RALEIGH — When Neal Hunt, a Republican state senator, announced earlier this year that he wouldn’t run in 2014, he endorsed House Republican Jim Fulghum for his District 15 seat.
But Fulghum’s spot on the Republican ticket is not assured, as Apryl Major, who ran as a write-in candidate for the House in 2012, is also vying for the seat representing parts of Raleigh and northern Wake County.
Voters will decide in the May 6 primary which of the two candidates will go on to face Democrat Tom Bradshaw, a former Raleigh mayor, in the general election this November.
Fulghum, 69, a retired neurosurgeon, was elected to the N.C. House in 2012 and had intended to run for re-election until Hunt announced he wouldn’t seek the Senate seat he has held for 10 years.
Fulghum said his first term showed him the value of asking questions and learning to work with lawmakers from both parties. It’s experience he hopes to bring to the Senate, where he wants to help work on budget, health care and regulatory issues. “I would continue to do the best I can, and I like to talk to just about anyone who wants to talk to me,” he said.
Among Fulghum’s top interests while in office has been health care. He helped introduce legislation to require hospitals to expand heart defect screening for newborns that was signed into law and continues to push for legislation to require Epi-pens in school and raise the legal age to use tanning beds to 18. He also is co-chair of a study committee on the Affordable Care Act.
Major, 54, is an engineer and compliance quality manager. She said she entered this year’s Senate race to ensure primary voters had a choice when they cast their ballots. She doesn’t agree with some of the positions Fulghum has staked out in his first term on health care and business regulation, such as his support for the tanning bed rules. “That to me is not somebody who’s truly for free market systems,” she said.
Major said her engineering background would serve her well in the Senate as she listens to ideas to come up with creative solutions to problems – ones that shouldn’t overburden taxpayers. “My sole purpose when going onto a team is to say, ‘How can I contribute?’ ” she said.
Health care issues
Fulghum and Major said Gov. Pat McCrory made the right choice when he agreed not to expand Medicaid to thousands of low-income people in North Carolina as part of the Affordable Care Act. Fulghum said the program needs to run better for the people it serves before the state can take on additional costs.
“We better reform this issue rather than expand something that’s not working well,” Fulghum said.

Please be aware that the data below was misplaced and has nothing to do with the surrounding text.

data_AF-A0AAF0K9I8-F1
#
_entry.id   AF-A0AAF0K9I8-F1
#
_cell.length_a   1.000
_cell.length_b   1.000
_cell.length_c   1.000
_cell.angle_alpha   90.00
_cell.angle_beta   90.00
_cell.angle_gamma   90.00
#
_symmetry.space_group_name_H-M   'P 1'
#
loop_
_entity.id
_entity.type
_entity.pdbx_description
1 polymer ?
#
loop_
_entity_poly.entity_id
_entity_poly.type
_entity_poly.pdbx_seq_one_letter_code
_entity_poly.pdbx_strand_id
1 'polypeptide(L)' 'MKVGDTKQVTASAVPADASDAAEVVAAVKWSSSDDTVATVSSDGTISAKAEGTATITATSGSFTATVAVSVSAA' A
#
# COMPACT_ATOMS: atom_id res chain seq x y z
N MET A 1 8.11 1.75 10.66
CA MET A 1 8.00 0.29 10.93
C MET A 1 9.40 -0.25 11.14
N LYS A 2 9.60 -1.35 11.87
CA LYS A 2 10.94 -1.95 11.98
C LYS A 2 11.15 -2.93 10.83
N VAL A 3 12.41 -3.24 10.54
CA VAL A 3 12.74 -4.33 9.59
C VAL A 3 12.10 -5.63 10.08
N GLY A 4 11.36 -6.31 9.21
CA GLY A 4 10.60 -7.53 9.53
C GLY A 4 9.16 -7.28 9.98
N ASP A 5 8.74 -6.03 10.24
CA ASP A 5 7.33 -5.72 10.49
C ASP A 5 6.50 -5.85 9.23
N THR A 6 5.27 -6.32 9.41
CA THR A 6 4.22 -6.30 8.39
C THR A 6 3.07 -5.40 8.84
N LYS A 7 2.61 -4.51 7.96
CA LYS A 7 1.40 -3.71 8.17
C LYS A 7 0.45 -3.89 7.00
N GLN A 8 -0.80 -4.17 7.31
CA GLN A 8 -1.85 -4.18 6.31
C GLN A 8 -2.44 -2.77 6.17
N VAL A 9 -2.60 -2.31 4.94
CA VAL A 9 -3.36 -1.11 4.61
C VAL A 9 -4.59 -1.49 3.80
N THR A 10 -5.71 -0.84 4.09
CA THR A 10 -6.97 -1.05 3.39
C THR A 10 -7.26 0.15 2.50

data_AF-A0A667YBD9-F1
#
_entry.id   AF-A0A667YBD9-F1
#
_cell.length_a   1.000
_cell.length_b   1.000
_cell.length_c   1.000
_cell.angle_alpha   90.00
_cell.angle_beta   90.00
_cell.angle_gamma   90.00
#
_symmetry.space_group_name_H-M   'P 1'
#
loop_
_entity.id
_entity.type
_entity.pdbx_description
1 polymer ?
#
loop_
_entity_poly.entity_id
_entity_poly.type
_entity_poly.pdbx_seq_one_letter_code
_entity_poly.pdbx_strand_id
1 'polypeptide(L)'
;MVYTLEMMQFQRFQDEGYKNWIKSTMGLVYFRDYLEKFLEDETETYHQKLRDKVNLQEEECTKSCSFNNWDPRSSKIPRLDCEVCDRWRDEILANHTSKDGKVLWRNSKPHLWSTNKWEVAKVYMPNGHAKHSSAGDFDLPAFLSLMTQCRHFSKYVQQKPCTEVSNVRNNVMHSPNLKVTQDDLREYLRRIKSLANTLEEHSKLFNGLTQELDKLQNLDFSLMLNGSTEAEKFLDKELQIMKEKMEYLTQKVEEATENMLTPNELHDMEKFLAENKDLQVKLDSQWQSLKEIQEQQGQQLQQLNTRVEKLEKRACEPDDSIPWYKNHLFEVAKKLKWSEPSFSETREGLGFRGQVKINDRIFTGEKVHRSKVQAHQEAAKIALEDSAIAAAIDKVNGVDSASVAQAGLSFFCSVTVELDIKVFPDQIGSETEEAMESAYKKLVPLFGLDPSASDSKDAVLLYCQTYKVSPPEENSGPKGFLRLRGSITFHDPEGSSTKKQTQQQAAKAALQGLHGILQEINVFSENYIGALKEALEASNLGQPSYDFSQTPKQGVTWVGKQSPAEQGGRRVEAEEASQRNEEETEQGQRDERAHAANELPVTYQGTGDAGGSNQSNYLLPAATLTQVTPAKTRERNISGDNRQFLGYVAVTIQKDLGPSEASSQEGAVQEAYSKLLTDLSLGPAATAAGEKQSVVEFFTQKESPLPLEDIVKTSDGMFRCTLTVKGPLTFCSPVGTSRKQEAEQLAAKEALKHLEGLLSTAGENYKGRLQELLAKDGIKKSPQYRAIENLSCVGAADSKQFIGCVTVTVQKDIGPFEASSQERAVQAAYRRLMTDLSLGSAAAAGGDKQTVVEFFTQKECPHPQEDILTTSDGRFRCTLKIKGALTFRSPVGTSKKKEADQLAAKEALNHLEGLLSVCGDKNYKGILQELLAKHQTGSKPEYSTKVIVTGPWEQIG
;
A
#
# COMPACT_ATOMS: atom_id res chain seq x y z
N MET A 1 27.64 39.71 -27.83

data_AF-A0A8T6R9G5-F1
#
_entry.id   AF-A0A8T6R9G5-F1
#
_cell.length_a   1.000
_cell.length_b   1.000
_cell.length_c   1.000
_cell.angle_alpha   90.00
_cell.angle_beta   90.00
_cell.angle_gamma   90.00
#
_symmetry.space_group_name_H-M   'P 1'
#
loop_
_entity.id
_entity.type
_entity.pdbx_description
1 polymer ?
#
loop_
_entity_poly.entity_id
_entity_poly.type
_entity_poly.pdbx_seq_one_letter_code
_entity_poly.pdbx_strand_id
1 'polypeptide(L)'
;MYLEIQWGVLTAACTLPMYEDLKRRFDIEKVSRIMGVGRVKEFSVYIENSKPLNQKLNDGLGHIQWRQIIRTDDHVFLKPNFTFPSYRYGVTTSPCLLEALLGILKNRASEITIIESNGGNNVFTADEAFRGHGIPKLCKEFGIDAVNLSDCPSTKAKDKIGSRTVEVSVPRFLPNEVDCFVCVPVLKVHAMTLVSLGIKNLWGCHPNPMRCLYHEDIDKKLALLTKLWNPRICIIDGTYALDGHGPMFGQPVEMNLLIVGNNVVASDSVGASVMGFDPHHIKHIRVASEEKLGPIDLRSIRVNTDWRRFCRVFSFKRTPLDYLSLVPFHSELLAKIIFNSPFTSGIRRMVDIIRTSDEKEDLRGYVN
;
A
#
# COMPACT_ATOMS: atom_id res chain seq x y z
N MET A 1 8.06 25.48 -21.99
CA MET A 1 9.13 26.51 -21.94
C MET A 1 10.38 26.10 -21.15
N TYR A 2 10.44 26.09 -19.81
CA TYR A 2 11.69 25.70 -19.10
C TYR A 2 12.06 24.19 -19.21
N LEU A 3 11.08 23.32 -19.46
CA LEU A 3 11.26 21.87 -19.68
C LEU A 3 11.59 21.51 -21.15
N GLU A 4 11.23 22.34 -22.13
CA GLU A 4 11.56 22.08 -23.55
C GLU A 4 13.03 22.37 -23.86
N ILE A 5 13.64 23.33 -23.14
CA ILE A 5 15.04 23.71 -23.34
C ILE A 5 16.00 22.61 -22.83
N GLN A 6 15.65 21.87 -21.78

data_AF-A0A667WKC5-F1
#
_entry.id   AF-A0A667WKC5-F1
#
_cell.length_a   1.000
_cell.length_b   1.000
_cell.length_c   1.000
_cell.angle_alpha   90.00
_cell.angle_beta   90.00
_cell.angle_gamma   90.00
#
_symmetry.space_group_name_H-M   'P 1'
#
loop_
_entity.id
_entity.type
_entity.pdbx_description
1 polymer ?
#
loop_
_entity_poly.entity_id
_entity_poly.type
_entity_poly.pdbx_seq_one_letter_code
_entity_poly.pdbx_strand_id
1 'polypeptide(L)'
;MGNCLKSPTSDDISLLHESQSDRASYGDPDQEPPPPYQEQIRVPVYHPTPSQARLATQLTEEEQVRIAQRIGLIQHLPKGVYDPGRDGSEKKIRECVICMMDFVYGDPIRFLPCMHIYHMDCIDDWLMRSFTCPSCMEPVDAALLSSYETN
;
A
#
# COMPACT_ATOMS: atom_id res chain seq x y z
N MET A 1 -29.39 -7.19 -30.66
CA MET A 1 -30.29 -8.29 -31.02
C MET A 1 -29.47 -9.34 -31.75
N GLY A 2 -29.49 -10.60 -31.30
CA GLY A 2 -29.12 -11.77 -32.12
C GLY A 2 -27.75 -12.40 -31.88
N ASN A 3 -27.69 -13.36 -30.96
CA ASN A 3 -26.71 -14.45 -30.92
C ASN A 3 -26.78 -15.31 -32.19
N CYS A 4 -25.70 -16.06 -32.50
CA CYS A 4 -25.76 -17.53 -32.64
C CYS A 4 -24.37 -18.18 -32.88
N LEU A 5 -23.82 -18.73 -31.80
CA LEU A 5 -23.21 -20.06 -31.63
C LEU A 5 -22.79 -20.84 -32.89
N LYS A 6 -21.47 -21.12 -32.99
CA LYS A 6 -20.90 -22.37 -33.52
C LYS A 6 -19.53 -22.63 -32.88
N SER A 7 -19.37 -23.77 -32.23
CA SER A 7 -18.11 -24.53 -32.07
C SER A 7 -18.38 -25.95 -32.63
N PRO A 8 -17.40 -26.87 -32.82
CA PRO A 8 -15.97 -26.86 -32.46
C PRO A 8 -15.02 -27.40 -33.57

Major agreed she wants to see a focus on improving efficiency in the program.
“Ultimately what we need to be focusing on in Medicaid is how to reduce health care costs,” she said.
As for a proposal that would create what are known as “accountable care organizations” within the state Medicaid program – networks of hospitals, doctors and clinics that share in financial rewards if they meet certain cost targets – Fulghum said he needs more details about how they would affect the state’s budget.
“All that sounds really nice, but the devil really is in the details,” he said.
Major said she would have to learn more about the proposal before commenting.
The state’s Health and Human Services Department also is in the midst of writing regulations to govern clinics that perform abortions.
Fulghum said those regulations should enforce existing state law and deal with issues such as governance structures and inspections. “We felt like this was very reasonable,” he said. “We didn’t want to restrict the ability of someone to operate these places in a reasonable manner.”
Major said she would like to see restrictions on abortion clinics go even further.
“I would love to defund Planned Parenthood, quite frankly,” she said.
Both candidates said they want to see the local school systems remain strong, including increasing in teacher pay to help retain educators.
“I cannot believe that we struggle as much as we do in this state – for teachers,” Major said. She said she supports an aggressive effort – one that moves more quickly than McCrory’s recent proposal – to increase pay.
Fulghum said McCrory’s proposal was a good first step for the state.
For Wake County, he said the county commissioners should look carefully at the school system’s proposal to further increase the local supplement for teacher pay.
“I think it’s an opportunity for the county to step up and do what a lot of other counties have done, which is give a supplemental,” he said.
Barr: 919-836-4952; Twitter: @barrmsarah